This is the blog of children's book author and elementary school teacher, Stacy Barnett Mozer. I blog about my own writing journey, the journey of other kidlit authors, my classroom, and talk about books. Thanks for stopping by. Your thoughts are always welcome (and encouraged).

Sunday, March 29, 2009

The Twitch

Nice Mommy/Evil Editor, Anglea James, has a great post this week called, "What can Twitter do for your pitch?"

In a nutshell, she recommends practicing your pitch (or twitch) on twitter to take advantage of the 140 character limit. By limiting the number of characters you can use, you have to get rid of the garbage and get down to what really matters.

She says, "But what I’m getting at is that it’s important to be able for authors to refine your book to its purest hook. The conflict, the angst, the info that’s going to make a reader, editor or agent want to pick it up to read, go find an excerpt, request a full or keep reading your query letter."

(One side note: She clearly states that one should never actually send this twitch TO an agent of editor directly. Too tacky.)

So, my twitch: 10yo Zoey would do ANYTHING to save her parent's marriage. But can a carsick mosquito-phobe survive a cross country camping trip?

How'd I do? Would you read it?

Saturday, March 14, 2009

Results of Critique

In my last post I wrote about handling critique. Now I have to face reality... My WIP is a quiet story about two sisters who go on a camping trip, not an epic journey across America.

* Great dialogue
* Well developed family relationships
* Beautiful setting description
* Interesting supporting characters
* Well-written small moments

* Main character isn't distinct
* It's an adventure story without much adventure

How did this happen?
Well, the story is based on a camping trip I took with my own family in 1982. While I changed some characters, introduced new characters, and changed the motivation behind the trip, I had so much fun researching the real trip that I forced the story line into the setting instead of allowing the story to take its own path. My story map was an actual map made on mapquest.

What to do now?
Take to re-plot, rethink, and get to know my character a bit better. Why is she on this trip?

And then?
And then I can decide if this is a story I need to tell or if the book is just a memory best written for my own family.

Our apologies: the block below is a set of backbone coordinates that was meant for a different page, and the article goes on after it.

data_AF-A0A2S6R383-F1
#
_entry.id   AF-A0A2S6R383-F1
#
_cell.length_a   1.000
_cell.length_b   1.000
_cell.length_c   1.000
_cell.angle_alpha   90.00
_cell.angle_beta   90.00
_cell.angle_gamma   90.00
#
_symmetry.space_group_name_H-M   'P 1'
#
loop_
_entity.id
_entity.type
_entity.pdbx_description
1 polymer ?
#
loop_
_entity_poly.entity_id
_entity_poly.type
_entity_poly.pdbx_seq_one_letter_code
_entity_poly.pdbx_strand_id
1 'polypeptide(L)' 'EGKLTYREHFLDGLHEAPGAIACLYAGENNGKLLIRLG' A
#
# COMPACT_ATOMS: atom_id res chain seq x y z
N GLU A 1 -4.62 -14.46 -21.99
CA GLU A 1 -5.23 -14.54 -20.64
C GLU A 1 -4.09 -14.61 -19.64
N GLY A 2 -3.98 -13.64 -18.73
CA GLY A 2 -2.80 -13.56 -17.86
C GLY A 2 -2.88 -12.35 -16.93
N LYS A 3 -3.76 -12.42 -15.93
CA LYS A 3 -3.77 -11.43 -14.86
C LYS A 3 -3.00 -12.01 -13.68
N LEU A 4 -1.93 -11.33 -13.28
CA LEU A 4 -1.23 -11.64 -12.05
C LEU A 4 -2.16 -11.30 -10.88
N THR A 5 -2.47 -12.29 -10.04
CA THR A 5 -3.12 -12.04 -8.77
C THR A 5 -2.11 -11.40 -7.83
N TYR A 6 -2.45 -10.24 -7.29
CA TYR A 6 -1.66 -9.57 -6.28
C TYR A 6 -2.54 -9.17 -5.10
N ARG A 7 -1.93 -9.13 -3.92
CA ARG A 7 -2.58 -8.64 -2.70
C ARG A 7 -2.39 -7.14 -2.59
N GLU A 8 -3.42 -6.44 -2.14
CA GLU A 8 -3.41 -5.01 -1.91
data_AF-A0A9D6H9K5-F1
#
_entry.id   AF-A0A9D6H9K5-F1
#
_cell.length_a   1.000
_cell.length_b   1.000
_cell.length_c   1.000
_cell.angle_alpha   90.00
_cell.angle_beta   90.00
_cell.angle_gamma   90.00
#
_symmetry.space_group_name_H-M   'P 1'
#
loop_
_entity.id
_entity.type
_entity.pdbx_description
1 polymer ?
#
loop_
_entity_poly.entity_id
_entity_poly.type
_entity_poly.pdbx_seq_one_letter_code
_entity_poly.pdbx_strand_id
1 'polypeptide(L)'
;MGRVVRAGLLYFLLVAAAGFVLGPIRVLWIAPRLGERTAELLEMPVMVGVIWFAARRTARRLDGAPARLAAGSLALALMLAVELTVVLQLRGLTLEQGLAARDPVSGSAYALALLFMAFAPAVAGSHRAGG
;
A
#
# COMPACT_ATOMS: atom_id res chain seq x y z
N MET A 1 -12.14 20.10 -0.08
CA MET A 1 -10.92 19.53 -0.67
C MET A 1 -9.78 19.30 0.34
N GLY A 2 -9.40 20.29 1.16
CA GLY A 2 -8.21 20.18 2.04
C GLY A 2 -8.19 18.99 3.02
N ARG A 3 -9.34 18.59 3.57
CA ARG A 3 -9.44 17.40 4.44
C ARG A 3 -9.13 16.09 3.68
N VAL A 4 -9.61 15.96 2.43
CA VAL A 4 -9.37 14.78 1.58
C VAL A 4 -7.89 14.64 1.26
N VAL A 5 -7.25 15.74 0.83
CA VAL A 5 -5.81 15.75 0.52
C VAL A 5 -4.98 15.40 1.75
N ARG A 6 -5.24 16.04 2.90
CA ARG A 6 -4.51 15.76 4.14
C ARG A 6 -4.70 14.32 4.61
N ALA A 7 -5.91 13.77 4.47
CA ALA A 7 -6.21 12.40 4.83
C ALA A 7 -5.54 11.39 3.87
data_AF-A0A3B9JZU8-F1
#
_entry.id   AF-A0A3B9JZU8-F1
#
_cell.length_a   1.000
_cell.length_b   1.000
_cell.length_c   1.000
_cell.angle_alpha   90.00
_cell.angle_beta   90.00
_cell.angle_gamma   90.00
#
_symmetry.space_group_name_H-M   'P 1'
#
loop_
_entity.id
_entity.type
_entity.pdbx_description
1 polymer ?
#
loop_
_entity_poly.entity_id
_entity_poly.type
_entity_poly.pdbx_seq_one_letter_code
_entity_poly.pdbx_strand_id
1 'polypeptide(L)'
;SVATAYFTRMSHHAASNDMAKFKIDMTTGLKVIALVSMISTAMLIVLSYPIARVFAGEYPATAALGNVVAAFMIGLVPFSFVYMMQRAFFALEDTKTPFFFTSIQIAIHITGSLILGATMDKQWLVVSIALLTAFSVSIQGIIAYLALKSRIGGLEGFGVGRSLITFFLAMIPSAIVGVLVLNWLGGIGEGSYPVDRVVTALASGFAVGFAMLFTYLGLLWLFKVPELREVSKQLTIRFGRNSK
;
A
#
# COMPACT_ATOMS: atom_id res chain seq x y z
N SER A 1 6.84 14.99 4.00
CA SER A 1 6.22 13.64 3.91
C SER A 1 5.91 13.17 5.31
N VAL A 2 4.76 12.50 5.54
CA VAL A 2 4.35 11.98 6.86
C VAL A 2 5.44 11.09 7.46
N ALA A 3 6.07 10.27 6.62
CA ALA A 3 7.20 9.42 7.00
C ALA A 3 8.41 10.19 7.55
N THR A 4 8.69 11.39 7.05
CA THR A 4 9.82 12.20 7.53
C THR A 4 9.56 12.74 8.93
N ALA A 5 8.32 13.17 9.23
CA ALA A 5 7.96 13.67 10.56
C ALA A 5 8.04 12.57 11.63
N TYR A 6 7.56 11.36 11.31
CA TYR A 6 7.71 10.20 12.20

Thursday, March 12, 2009

Handling Critique

How do you handle critique? Do you go back and change everything based on the advice? Do you give up on the project or completely rip your work apart? Or do you take it with a grain of salt and realize that everyone has different tastes?

I tend fall someplace in between. When I am critiqued, I listen carefully to both what the critiquer is saying, and to what they aren't saying. Sometimes facial expressions and tone give you better feedback then the actual words. After listening, I ask questions. Some questions are based on their feedback. Others may be things I want to know about the manuscript that weren't said.

Once I've collected all of the feedback, I take some time to process everything I've heard. Sometimes I have an immediate plan of action. Other times it takes a few days before I decide what to do. In either case, the process helps me make decisions about my manuscript that I am comfortable with.

And, while it usually leads to weeks of careful revision and the loss of many words, the manuscript keeps getting better... which is the whole point, isn't it?

Thursday, March 5, 2009


If you are still wondering whether or not to get a twitter account, visit #queryfail. Initiated by agent Colleen Lindsay of Fineprint Literary Management, agents from different agencies used twitter to post some of the worst lines from queries they have actually received.

Even if you don't learn anything by reading it (and if you are an unpublished writer looking for an agent, try to learn something), reading through the ridiculous and downright peculiar things people have written should brighten your day and hopefully make your own query look a lot more promising.

For more on the agents who were on twitter today visit Colleen Lindsay's Blog.

For myself, I can't wait until they do it again. Even if it did mean that I opened twitter today to find 202 unread messages.

Monday, March 2, 2009

First Chapter Woes

For me, writing the first chapter is the hardest part. That doesn't mean that my first chapters don't turn out well eventually, but if I had a counter on the amounts of times each part of my manuscript faced revision, I would probably find that my first chapter takes the majority of my revision time.

Here is some I've liked or used:
- Start with the most exciting moment.
- Start with something shocking.
- Write the book then delete chapter one (and sometimes two).

Here are some web links about creating first chapters:
Writing the First Chapter
19 Articles about First Chapters
All Kinds of Writing
Children's Books: Writing Great Beginnings

Sunday, March 1, 2009

What next?

This week I've been struggling with what to write next now that revisions are done (for now) on my NaNoWriMo project. The hardest part, at least for me, is deciding between the old, the very old, and the new. Fortunately so far the decision has been made for me. Not by someone external, but by the story itself screaming at me in my sleep. So, come on characters, wake up and scream at me. Please!